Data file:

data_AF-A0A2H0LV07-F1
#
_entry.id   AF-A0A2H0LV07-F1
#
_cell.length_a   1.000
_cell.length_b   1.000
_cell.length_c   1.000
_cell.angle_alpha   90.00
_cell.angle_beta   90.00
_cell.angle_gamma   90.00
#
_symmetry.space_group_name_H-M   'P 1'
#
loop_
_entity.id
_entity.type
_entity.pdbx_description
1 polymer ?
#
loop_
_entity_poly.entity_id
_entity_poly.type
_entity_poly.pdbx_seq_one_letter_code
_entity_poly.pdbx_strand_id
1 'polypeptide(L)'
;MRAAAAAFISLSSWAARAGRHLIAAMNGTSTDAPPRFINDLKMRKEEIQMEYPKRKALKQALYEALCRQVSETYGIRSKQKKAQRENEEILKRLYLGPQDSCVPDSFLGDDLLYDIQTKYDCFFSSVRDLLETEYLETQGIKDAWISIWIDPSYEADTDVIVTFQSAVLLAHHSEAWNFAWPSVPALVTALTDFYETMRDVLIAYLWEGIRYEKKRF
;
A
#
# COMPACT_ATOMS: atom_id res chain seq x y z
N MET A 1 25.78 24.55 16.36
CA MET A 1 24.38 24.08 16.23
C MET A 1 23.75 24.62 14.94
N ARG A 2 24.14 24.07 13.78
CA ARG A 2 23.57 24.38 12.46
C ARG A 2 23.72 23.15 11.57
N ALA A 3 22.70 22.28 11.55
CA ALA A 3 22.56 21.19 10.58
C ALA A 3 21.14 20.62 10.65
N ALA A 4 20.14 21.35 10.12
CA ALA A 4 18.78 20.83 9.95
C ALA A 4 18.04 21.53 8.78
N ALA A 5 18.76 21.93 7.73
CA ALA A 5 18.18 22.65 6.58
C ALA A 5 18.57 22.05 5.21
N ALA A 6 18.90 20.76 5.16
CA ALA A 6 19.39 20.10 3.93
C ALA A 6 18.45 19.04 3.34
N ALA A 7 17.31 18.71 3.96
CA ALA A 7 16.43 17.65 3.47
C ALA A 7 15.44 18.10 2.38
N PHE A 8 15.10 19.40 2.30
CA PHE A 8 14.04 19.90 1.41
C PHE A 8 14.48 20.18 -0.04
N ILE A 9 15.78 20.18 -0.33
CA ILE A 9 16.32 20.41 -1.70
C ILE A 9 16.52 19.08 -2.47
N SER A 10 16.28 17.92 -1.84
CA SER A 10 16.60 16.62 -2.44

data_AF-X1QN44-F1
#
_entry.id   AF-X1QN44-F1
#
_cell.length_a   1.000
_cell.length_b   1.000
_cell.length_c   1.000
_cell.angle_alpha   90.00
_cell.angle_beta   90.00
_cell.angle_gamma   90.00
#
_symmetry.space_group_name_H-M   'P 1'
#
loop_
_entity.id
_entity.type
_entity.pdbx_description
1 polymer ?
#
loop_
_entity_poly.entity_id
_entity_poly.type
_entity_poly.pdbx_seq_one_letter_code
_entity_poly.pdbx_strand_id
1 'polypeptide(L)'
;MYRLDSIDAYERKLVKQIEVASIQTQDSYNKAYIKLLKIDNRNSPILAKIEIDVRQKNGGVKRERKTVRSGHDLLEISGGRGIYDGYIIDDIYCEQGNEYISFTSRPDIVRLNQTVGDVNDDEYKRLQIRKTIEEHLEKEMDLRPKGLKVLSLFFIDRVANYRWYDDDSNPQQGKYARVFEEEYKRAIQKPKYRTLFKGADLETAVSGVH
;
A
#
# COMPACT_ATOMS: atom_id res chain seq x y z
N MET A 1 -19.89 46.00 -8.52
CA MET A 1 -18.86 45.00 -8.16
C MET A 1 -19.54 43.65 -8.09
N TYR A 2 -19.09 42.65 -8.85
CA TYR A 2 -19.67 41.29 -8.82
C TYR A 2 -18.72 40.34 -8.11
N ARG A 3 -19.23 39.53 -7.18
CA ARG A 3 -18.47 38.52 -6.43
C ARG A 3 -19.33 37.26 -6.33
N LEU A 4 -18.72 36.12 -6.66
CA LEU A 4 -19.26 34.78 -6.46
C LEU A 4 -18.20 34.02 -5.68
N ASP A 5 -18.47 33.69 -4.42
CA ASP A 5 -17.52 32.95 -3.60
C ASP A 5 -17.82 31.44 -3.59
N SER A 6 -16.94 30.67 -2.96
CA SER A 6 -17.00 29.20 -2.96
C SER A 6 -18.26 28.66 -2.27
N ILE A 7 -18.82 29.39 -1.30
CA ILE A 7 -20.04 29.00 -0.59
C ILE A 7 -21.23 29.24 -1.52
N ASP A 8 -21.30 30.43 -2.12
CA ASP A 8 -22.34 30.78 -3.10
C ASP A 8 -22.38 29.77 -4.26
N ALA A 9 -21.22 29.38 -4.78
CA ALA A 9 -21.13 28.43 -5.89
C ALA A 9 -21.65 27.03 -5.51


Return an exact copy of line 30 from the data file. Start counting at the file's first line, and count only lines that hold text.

# COMPACT_ATOMS: atom_id res chain seq x y z